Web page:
Charlie's Diary

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Tue, 31 Aug 2004


Well, that's me packed. I even have some space in my luggage for purchases while in Boston and NYC. We're flying out tomorrow lunchtime (UK time -- about six in the morning US time) and should be arriving in Boston late enough to fall over.

I have a problem with travelling: I tend to spend almost as much time angsting about packing my bags and making sure I haven't forgotten anything as I actually do in transit. Which, on the face of it, doesn't make much sense, does it? After all, most of the stuff I need is readily available wherever I go: toiletries, a change of underwear, that sort of thing. I can theoretically live without a laptop for a couple of weeks -- a PDA with a working email account should be an acceptable substitute, and it's not as if I've ever gotten a significant amount of writing done while travelling -- but nevertheless I always travel as if I expect the muse to descend and sit on my shoulder yelling orders through a megaphone.

After all this effort I've got a bad habit of getting departure dates and times wrong. (This time around I was lucky -- I thought I was flying out on Tuesday, not remembering that the 1st of September was a Wednesday.)

Now I just have to hope it all goes smoothly ...


posted at: 17:56 | path: /fandom | permanent link to this entry

Sun, 29 Aug 2004

Friday Cat Blogging, delayed

It's a long time since I did any cat blogging, so what better to do on a Sunday (late, of course)?

Here's Mafdet, doing what she does best:
let sleeping cats lie

And here's Frigg, doing her best to catch up in the Olympic snoring championships:
let sleeping cats lie, part two

If you're suffering from insomnia, now you know exactly who's got all your Zzzzz's.

[Discuss cats]

posted at: 19:29 | path: /cats | permanent link to this entry


I'm not going to be spending much time at home over the next month. On Wednesday the 1st, we're flying out to Boston for the worldcon; we should be home on the 14th, but only two days later we're off for a weekend in London, and two days after that I'm off again to visit relatives. Relatives having been visited I get almost a week off duty to wash my clothes and clean up the dust before going to a wedding at the other end of the country followed in rapid succession by a speaking engagement outside the country.

Meanwhile, it occurs to me that some folks who're reading this weblog will also be at Noreascon 4, and in the interests of not appearing rude this would be a good place to note down the times when I won't be available for small-talk. If you see me at the con, by all means introduce yourself and feel free to chat; I'm generally gregarious. If I run away, please don't take it personally -- it's just that I'm working about thirty hours over the five-day period and I probably have to be somewhere else. In particular:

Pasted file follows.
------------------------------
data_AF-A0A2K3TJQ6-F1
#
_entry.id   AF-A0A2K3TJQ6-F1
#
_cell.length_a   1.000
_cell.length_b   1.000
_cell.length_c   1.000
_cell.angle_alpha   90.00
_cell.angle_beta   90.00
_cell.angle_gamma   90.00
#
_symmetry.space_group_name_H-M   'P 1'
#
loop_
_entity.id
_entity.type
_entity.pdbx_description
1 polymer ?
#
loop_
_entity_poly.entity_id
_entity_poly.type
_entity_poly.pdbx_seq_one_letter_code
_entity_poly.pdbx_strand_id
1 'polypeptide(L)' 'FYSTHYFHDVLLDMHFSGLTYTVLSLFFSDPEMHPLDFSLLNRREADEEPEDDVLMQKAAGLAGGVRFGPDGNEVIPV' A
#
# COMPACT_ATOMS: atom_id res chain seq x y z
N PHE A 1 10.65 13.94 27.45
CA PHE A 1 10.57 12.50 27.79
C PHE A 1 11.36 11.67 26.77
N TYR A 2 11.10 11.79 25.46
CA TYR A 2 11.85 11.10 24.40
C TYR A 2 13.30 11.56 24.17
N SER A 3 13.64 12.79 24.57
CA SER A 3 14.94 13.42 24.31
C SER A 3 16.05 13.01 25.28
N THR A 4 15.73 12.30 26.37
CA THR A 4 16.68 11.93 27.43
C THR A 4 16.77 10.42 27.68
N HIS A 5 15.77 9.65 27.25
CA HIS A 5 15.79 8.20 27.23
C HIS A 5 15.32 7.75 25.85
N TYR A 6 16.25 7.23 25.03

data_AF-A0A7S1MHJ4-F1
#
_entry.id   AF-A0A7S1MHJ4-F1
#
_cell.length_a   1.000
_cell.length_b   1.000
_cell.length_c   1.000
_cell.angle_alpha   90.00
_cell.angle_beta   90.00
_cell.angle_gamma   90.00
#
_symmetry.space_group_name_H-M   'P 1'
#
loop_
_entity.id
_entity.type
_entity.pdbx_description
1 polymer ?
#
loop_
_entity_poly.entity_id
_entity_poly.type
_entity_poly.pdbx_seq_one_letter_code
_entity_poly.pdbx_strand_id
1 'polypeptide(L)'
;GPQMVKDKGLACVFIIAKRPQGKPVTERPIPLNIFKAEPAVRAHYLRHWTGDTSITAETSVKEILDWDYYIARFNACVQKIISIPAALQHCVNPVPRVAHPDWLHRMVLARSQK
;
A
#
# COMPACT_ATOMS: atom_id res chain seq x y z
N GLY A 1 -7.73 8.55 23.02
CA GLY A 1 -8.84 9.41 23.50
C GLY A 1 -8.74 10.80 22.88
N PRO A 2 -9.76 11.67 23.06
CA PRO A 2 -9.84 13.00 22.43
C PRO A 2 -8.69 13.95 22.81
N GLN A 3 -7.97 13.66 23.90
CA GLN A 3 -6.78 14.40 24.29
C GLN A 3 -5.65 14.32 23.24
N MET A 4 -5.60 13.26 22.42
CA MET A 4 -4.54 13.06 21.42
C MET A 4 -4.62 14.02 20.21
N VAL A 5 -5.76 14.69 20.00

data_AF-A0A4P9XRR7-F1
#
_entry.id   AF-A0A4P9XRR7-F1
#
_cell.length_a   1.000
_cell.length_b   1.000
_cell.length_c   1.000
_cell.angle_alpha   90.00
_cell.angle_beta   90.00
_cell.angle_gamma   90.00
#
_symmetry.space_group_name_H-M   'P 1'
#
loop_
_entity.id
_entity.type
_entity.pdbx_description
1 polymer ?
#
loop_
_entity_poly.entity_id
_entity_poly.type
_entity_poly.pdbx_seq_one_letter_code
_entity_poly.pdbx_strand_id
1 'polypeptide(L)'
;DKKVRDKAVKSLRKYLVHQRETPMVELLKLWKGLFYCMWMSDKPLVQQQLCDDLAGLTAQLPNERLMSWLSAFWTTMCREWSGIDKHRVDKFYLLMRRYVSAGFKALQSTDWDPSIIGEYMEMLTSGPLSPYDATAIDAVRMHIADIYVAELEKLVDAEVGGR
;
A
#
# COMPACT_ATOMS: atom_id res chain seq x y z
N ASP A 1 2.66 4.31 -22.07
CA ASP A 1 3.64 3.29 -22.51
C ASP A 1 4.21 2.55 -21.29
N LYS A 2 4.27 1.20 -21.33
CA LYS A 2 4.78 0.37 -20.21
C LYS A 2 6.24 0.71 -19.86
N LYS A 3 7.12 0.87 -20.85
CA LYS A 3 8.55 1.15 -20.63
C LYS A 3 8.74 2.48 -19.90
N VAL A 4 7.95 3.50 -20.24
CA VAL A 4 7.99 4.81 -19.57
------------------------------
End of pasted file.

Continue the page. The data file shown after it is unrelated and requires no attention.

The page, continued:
Wednesday 1st
You might spot me in the Marriott in the evening, but be aware that I've just arrived after travelling for 16 hours and I am likely to be asleep on my feet.
Thursday 2nd
I'm busy (apart from brief gaps) from about 2pm through 7pm.
Friday 3rd
Easier to say when I'm not busy -- between 2 and 4pm, and between 7 and 8pm. If you catch me on Friday, don't be surprised if I'm trying to grab lunch or dinner.
Saturday 4th
I'm logjammed from 11am through 9pm. This is a bad day to stop me for a chat.
Sunday 5th
Free before 11am. Free from 12 noon through 5pm, as long as you don't mind me sitting at a table signing books or are willing to sign yourself up for the literary beer at 3pm.
Monday 6th
Free all day except between 11am and 2pm. Which means I'll be trying to actually, like, experience the con as a con-goer rather than a performing seal.
Tuesday 7th
Yes, I know the worldcon ended on Monday. But I'll still be there, and apart from the fact that it's Feorag's birthday (with attendant wining and dining) I should have a lot more time to talk.

In summary: on Wednesday, I arrive. Thursday's busy, but I should be approachable in the evening. Friday's particularly busy, and Saturday's timetable is absolutely hellish. Sunday's schedule is a bit more laid-back, and on Monday I might even have time to enjoy the con a bit. If you try to say "hi" on Friday or Saturday and I flee, it's not personal -- I'm just singing for my supper.


posted at: 11:32 | path: /fandom | permanent link to this entry

Fri, 27 Aug 2004

On the road again ...

Visiting family this week, then rushing off to Noreascon 4 next week. Not much to write about, except that I went to the premiere of "Rogue Farm" (at the Edinburgh Film Festival -- during the showing of this years' New Found Land/Films short films) and found it not half bad.